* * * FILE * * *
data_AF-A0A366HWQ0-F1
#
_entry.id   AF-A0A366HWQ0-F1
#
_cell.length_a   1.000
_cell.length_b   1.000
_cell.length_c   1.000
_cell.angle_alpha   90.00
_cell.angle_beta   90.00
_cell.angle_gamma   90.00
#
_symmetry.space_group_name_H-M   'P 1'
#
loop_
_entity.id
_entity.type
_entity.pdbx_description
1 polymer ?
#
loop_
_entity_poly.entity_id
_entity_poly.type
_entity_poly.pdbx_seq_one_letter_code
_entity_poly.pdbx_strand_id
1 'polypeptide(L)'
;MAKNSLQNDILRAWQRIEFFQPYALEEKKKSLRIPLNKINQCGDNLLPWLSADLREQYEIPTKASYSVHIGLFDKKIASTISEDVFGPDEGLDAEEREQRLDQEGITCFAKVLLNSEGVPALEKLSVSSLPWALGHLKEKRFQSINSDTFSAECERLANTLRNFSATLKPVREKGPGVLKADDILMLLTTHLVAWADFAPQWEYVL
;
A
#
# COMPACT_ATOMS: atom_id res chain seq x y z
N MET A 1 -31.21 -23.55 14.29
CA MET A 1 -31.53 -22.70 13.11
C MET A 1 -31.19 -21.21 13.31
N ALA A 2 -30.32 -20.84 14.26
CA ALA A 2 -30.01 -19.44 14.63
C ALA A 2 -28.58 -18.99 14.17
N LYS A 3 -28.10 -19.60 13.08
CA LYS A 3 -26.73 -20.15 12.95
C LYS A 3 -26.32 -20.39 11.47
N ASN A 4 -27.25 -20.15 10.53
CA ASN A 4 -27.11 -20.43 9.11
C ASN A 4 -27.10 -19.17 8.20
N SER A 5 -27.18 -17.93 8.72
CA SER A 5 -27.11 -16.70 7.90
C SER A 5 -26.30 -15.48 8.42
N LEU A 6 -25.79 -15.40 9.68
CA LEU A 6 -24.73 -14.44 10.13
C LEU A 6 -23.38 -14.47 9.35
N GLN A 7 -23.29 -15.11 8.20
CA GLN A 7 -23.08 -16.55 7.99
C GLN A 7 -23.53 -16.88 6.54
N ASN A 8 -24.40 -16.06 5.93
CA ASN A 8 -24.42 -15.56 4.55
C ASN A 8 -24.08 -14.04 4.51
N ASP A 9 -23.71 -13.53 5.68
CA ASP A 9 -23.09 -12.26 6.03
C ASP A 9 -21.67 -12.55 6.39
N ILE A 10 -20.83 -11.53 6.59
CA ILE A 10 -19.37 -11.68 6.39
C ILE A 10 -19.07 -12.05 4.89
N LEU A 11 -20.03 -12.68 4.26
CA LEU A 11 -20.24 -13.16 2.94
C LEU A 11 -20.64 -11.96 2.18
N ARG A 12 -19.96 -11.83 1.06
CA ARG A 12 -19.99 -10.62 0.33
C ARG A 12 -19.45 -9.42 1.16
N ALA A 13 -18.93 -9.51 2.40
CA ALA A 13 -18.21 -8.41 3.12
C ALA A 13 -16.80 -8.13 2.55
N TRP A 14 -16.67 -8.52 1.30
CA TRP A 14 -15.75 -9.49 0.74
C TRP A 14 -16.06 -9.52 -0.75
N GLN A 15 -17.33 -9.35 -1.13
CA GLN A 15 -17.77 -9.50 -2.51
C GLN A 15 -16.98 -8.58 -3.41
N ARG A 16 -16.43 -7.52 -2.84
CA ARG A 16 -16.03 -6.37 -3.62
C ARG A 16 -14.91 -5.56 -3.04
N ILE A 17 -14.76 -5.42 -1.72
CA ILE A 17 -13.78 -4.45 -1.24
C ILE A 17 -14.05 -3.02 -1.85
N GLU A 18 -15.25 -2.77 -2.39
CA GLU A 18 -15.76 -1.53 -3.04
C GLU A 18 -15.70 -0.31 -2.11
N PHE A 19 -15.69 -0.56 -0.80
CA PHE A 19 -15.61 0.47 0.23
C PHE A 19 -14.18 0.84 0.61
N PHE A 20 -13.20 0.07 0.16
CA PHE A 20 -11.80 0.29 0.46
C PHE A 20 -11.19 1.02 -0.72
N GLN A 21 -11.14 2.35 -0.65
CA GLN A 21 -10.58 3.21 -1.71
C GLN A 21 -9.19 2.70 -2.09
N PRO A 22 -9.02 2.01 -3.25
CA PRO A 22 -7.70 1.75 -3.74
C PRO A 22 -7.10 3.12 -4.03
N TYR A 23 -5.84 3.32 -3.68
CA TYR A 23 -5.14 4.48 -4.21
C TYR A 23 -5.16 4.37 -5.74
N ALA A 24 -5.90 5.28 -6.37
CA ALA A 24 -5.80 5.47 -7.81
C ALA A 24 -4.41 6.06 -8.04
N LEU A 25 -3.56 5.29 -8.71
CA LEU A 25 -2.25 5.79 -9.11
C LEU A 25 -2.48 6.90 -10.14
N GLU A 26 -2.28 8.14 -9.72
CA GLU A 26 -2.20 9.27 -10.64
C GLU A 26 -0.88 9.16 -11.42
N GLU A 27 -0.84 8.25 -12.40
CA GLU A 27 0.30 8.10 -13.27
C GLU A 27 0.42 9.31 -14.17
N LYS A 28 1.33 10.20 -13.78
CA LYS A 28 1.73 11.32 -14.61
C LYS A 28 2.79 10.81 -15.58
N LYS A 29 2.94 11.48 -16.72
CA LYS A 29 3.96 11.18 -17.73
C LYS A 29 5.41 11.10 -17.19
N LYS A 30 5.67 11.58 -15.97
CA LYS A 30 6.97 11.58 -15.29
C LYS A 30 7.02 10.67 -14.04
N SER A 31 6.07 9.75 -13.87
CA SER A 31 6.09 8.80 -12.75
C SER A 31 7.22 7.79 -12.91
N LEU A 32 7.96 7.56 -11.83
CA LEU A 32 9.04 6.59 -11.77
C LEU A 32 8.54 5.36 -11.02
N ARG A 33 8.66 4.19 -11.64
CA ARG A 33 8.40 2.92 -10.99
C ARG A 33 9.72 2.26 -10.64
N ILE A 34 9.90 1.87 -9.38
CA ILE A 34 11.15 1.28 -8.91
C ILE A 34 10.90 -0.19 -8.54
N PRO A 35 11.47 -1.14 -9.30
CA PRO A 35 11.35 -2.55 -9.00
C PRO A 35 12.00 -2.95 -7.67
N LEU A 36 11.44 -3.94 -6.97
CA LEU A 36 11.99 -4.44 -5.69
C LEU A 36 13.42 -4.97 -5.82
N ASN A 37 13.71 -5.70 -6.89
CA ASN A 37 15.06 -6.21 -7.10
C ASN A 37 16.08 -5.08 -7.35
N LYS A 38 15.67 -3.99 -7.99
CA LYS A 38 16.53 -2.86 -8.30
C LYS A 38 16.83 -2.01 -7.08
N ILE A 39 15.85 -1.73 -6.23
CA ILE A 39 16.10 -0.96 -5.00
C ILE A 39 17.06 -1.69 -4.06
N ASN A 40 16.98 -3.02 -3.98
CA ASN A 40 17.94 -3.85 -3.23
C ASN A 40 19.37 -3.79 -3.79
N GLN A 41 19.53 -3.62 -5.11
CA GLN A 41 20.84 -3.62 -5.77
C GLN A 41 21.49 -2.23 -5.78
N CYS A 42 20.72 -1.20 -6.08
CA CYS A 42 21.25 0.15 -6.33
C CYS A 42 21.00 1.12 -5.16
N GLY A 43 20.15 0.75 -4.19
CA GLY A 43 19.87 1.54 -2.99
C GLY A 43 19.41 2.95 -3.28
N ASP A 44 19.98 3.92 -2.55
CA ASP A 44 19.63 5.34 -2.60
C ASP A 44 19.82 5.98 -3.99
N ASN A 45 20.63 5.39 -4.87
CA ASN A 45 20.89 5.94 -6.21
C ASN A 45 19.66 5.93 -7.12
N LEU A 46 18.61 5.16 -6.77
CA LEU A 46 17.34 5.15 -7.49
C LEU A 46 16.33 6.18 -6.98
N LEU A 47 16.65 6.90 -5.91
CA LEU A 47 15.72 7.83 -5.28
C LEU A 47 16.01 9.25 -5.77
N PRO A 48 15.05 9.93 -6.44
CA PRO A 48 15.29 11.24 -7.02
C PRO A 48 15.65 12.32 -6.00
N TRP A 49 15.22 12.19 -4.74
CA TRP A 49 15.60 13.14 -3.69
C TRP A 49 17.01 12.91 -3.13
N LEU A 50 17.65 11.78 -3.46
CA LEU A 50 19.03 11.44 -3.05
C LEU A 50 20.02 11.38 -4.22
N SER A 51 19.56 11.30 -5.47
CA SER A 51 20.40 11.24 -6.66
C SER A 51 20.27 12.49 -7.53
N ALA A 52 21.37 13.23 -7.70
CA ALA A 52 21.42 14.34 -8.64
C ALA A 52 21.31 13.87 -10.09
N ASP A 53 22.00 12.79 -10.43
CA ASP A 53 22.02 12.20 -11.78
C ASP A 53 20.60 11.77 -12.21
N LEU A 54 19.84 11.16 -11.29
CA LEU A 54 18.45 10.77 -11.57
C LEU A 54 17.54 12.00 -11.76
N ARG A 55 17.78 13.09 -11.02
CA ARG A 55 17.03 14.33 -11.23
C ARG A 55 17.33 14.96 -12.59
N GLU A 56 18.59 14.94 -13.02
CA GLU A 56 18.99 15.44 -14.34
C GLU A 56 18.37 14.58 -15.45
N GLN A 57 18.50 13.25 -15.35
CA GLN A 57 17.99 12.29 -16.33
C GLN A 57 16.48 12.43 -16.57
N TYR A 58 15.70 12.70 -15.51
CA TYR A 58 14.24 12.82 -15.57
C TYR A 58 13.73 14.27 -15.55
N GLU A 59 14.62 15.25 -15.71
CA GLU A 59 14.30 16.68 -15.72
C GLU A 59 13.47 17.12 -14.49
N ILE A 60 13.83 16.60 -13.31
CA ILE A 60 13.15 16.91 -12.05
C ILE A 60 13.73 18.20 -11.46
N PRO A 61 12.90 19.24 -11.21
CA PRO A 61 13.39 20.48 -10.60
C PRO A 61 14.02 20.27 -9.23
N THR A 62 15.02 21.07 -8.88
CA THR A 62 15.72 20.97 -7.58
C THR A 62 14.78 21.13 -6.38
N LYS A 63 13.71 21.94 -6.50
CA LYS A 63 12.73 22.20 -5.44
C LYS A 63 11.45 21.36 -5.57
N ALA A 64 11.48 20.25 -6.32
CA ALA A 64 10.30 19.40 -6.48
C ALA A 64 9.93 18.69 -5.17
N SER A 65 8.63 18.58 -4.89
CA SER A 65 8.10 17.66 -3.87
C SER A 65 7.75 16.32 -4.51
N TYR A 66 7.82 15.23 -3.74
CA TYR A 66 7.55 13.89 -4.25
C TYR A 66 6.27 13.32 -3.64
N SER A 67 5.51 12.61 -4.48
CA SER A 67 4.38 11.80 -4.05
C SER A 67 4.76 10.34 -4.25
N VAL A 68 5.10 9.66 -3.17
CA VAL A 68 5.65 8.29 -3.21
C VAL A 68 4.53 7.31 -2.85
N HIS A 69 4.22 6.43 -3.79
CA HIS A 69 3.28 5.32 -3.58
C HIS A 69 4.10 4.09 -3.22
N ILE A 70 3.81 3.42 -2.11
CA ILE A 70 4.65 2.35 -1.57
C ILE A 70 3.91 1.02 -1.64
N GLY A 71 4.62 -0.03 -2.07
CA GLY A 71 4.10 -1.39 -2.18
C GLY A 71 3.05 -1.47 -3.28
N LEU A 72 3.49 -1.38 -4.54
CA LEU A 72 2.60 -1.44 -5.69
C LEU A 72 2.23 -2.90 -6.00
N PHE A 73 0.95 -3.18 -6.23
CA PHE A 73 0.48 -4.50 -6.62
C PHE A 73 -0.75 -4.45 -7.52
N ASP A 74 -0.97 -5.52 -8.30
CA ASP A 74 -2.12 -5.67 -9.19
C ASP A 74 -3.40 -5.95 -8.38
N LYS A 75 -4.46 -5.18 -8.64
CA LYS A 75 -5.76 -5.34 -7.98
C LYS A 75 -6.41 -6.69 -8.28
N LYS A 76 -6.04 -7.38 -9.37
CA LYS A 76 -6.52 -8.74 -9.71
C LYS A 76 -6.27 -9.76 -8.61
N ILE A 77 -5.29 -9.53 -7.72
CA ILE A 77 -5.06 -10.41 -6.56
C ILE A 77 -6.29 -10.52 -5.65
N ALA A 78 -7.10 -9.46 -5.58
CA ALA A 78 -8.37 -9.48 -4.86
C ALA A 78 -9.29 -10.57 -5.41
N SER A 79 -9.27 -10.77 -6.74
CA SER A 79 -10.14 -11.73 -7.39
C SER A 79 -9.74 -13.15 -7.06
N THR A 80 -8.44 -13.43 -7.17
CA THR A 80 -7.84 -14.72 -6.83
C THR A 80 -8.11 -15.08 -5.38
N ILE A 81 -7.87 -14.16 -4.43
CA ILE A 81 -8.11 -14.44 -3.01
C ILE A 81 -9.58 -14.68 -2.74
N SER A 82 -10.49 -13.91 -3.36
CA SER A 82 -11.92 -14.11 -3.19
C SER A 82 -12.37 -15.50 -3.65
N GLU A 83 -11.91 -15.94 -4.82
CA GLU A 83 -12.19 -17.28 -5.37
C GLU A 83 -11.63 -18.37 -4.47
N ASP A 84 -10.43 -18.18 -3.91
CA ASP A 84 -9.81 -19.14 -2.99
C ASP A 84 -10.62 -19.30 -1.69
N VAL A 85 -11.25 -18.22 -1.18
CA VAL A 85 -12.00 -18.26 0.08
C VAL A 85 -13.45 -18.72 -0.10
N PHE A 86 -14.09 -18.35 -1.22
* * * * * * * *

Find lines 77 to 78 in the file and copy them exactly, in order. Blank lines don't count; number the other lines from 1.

CA ARG A 16 -16.03 -6.37 -3.62
C ARG A 16 -14.91 -5.56 -3.04